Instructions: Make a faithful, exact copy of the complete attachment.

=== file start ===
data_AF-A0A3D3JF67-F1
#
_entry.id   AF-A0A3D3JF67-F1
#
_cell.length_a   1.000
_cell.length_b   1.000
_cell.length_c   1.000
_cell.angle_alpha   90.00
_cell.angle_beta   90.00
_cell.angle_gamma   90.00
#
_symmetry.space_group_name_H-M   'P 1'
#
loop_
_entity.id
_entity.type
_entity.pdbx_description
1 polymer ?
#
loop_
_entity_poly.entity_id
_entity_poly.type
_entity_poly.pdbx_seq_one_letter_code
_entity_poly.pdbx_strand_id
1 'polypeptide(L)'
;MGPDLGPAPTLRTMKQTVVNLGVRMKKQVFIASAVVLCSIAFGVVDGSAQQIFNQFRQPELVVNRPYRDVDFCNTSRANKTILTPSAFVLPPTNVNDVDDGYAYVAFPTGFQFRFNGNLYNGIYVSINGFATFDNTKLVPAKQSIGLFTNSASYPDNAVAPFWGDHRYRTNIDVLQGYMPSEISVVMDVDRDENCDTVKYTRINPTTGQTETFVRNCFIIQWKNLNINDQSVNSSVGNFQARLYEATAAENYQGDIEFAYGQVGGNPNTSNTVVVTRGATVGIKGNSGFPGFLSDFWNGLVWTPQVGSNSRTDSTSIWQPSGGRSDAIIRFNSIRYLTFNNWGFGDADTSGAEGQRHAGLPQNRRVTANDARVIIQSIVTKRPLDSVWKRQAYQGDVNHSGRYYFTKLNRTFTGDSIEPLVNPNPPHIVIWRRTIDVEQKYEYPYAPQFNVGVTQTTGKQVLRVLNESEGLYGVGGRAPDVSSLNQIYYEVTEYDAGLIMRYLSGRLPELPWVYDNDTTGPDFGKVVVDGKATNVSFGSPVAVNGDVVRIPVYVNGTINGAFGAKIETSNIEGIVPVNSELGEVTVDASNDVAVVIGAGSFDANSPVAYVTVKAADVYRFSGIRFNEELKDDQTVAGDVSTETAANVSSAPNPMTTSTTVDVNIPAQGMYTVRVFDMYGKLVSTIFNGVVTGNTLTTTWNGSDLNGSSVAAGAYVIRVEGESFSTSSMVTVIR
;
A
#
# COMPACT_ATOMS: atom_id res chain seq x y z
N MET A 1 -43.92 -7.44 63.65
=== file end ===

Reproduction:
data_AF-A0A3D3JF67-F1
#
_entry.id   AF-A0A3D3JF67-F1
#
_cell.length_a   1.000
_cell.length_b   1.000
_cell.length_c   1.000
_cell.angle_alpha   90.00
_cell.angle_beta   90.00
_cell.angle_gamma   90.00
#
_symmetry.space_group_name_H-M   'P 1'
#
loop_
_entity.id
_entity.type
_entity.pdbx_description
1 polymer ?
#
loop_
_entity_poly.entity_id
_entity_poly.type
_entity_poly.pdbx_seq_one_letter_code
_entity_poly.pdbx_strand_id
1 'polypeptide(L)'
;MGPDLGPAPTLRTMKQTVVNLGVRMKKQVFIASAVVLCSIAFGVVDGSAQQIFNQFRQPELVVNRPYRDVDFCNTSRANKTILTPSAFVLPPTNVNDVDDGYAYVAFPTGFQFRFNGNLYNGIYVSINGFATFDNTKLVPAKQSIGLFTNSASYPDNAVAPFWGDHRYRTNIDVLQGYMPSEISVVMDVDRDENCDTVKYTRINPTTGQTETFVRNCFIIQWKNLNINDQSVNSSVGNFQARLYEATAAENYQGDIEFAYGQVGGNPNTSNTVVVTRGATVGIKGNSGFPGFLSDFWNGLVWTPQVGSNSRTDSTSIWQPSGGRSDAIIRFNSIRYLTFNNWGFGDADTSGAEGQRHAGLPQNRRVTANDARVIIQSIVTKRPLDSVWKRQAYQGDVNHSGRYYFTKLNRTFTGDSIEPLVNPNPPHIVIWRRTIDVEQKYEYPYAPQFNVGVTQTTGKQVLRVLNESEGLYGVGGRAPDVSSLNQIYYEVTEYDAGLIMRYLSGRLPELPWVYDNDTTGPDFGKVVVDGKATNVSFGSPVAVNGDVVRIPVYVNGTINGAFGAKIETSNIEGIVPVNSELGEVTVDASNDVAVVIGAGSFDANSPVAYVTVKAADVYRFSGIRFNEELKDDQTVAGDVSTETAANVSSAPNPMTTSTTVDVNIPAQGMYTVRVFDMYGKLVSTIFNGVVTGNTLTTTWNGSDLNGSSVAAGAYVIRVEGESFSTSSMVTVIR
;
A
#
# COMPACT_ATOMS: atom_id res chain seq x y z
N MET A 1 -43.92 -7.44 63.65